College athletes can't have it both ways
If student-athletes want to be paid as professionals, they must act like it
A few years back, I read a story about an up-and-coming high school student from the projects of Baltimore, Maryland. He was the top of his class, a rising student who was ready for college.
He worked tireless every day to get there, holding down jobs and making school a daily priority. He understood the degree of difficulty to go to college. He knew it was an uphill climb, but he worked tireless for it either way.
All I know is he never made it to college and that was the end of his story as far as I’m concerned. Who knows what he could have been capable of doing. All he wanted was a college education.
It’s something many people take for granted these days, especially student-athletes.
It’s a pre-conceived notion that whenever a student-athlete steps onto a college campus, he or she should be treated like a professional athlete. Some feel also deserve the perks of a professional athlete, especially at Power 5 schools where college athletics take precedence over most academics.
And it’s fair to say. Those athletes make a boatload of money for their respective schools through merchandising, name recognition and advertising, to name a few. And that list could go on and on.
These athletes regularly speak out to defend themselves about making money for their recognition. It was estimated that former Kansas guard Andrew Wiggins was worth $1.6 million to the University of Kansas – more than the average rookie contract at the NBA level. Johnny Manziel, the former Texas A&M quarterback, was worth even more to his school. The same goes for former Flordia State quarterback Jameis Winston.
Many student-athletes in the same position will say the same thing about themselves. They feel entitled to money that the school makes off of them. When you start to make money as an athlete, you’re considered a professional in my books.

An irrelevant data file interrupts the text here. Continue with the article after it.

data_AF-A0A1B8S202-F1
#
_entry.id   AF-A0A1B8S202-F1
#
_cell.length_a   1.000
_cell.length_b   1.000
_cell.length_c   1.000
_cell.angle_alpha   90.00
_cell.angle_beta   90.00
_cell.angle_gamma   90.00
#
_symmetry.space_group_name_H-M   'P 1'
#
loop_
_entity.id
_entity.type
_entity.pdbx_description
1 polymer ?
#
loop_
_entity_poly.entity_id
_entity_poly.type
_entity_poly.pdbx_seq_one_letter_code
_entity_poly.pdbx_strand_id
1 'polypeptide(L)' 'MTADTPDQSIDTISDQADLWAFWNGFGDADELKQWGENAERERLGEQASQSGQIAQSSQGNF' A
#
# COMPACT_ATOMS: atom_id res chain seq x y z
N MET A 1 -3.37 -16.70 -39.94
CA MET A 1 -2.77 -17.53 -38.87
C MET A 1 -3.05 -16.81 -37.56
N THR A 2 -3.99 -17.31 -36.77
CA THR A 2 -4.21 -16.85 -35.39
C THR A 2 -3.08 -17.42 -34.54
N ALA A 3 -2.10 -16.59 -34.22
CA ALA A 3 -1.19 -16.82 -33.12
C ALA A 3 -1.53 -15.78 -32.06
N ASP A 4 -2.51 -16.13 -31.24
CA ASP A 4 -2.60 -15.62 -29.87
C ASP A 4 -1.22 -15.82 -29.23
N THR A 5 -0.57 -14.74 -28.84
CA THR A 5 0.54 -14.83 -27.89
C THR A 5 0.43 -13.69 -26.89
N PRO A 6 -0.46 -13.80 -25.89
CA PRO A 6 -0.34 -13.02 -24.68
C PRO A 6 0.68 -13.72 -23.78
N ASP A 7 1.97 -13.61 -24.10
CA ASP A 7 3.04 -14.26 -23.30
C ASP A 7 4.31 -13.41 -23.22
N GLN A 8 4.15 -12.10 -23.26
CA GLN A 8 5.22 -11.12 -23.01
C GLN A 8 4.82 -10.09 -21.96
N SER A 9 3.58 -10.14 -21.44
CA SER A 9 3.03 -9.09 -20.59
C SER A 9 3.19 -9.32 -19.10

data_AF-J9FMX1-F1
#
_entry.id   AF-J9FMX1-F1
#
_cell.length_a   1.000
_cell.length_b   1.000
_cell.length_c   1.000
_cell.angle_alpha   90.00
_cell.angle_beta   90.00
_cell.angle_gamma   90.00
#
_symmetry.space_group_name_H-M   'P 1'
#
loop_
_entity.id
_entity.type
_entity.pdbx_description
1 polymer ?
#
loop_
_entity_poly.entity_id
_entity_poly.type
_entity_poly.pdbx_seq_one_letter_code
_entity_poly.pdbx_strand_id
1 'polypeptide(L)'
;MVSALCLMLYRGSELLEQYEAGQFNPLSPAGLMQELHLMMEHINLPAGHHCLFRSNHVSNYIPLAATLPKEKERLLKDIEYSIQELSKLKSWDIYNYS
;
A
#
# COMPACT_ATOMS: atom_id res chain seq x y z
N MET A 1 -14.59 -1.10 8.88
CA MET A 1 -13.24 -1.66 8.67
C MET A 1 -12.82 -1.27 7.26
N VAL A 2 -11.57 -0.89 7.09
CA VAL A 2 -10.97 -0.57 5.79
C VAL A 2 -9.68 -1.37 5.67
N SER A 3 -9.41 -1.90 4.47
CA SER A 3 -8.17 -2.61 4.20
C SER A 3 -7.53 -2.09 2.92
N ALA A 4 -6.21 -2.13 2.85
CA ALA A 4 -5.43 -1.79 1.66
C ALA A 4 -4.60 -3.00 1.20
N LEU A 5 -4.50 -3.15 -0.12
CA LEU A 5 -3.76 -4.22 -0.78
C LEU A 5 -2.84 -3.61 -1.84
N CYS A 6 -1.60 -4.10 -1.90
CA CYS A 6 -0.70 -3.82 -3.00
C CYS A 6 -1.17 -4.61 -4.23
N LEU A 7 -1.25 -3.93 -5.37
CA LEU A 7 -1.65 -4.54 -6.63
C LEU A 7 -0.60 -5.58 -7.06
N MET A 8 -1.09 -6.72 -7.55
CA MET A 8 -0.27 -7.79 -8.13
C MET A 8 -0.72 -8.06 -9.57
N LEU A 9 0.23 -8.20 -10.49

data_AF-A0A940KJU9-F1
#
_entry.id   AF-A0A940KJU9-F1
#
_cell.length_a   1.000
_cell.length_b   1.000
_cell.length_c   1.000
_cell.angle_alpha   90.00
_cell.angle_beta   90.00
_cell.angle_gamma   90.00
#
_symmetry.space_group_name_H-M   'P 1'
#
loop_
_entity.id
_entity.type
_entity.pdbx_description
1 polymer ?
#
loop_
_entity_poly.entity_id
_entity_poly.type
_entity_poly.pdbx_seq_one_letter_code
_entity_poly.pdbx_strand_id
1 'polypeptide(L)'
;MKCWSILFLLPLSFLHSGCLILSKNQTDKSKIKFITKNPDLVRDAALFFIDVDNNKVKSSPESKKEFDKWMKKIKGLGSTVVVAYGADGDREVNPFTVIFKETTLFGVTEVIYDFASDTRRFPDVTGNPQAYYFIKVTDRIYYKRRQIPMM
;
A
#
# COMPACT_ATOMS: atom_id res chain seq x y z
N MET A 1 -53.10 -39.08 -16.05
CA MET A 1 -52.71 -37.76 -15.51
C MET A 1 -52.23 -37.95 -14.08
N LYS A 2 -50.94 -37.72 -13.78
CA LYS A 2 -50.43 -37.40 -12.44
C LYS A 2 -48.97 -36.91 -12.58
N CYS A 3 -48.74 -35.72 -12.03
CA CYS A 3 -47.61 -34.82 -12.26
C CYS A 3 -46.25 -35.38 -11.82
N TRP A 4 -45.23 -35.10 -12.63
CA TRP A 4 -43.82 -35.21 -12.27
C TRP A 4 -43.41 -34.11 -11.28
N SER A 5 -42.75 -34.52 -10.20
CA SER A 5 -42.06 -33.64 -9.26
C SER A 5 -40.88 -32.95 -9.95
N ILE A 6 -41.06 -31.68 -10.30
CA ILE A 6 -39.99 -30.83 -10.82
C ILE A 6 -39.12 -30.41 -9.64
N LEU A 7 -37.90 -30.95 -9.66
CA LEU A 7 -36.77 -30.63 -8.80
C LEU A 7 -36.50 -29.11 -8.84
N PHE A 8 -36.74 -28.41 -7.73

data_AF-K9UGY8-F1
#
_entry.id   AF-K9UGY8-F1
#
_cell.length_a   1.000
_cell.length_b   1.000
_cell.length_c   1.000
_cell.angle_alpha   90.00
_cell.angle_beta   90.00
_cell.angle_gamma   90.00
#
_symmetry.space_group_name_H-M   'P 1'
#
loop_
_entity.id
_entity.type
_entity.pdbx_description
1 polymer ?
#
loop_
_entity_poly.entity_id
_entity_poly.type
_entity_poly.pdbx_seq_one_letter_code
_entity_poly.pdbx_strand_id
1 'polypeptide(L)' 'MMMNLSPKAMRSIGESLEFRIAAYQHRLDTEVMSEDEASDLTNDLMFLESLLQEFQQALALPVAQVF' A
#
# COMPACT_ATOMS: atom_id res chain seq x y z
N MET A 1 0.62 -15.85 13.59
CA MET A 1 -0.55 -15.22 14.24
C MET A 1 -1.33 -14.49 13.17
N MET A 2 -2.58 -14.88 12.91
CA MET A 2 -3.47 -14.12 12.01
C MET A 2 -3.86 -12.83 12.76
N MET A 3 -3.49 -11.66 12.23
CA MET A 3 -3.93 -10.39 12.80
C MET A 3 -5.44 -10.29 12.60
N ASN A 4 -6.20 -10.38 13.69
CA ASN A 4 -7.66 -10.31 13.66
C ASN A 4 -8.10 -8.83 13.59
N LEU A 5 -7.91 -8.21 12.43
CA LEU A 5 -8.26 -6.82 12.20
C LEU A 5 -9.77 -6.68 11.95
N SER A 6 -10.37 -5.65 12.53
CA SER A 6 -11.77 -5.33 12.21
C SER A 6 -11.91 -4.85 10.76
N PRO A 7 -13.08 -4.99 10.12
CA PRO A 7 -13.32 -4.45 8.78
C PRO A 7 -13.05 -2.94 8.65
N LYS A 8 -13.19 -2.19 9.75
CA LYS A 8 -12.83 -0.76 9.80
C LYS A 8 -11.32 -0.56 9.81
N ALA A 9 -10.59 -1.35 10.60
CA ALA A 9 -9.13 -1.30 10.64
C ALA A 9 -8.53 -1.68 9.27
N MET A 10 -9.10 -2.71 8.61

So if a player wants to be paid like a professional, he or she must act like a professional.
Remember Winston’s outbursts in the Florida State Student Union? That would be a hefty fine from the NFL and a possible suspension from the league. Remember Manziel’s party boy antics? That would be a media nightmare for the Cleveland Browns and would have ended up being a fine and a suspension.
Remember what happened with former UB forward Justin Moss? After he was caught stealing money from an on-campus apartment in June, UB had to expel him. The Bulls did not remove him. If he was on a professional team and caught stealing even once, there’s a great possibility he would be cut immediately.
But all these athletes were in college. They weren’t forced to pay a single dime. They served at most a two-game suspension handed down by the school. A suspension or fine would be inevitable at the professional level.
These athletes need to realize it cannot be a double standard. If they want to be treated like a professional, they must take the right action. That means no drugs, no public outbursts and nothing to draw attention to themselves other than what media can cover on the field or on the court.
But there’s the other side of the spectrum as well. I know many college athletes – nationwide and personally – that do not take their scholarship for granted.
As student-athletes, players get full scholarships. They don’t pay for school, which is the most important part of the college process. They get free housing and a free meal plan. Professors sometimes give a grade-handicap to athletes just because of their campus prominence. Players get all of this to play the sport they love.
Remember that Baltimore student that couldn’t go to school because of finances? Who knows what happened to him. Maybe there was a success story and he did make it to college eventually. Maybe not.
Players who get scholarships sometimes take it for granted. They forget that less than one percent of college athletes go professional. Less than one percent get that multi-million dollar contract. More than 99 percent don’t make it and go on with their lives outside of sports.
College athletes – ask yourselves if you would you rather embrace what the NCAA dictates and be ready for the future or have four years of privilege and bypass the real reason of college in the first place?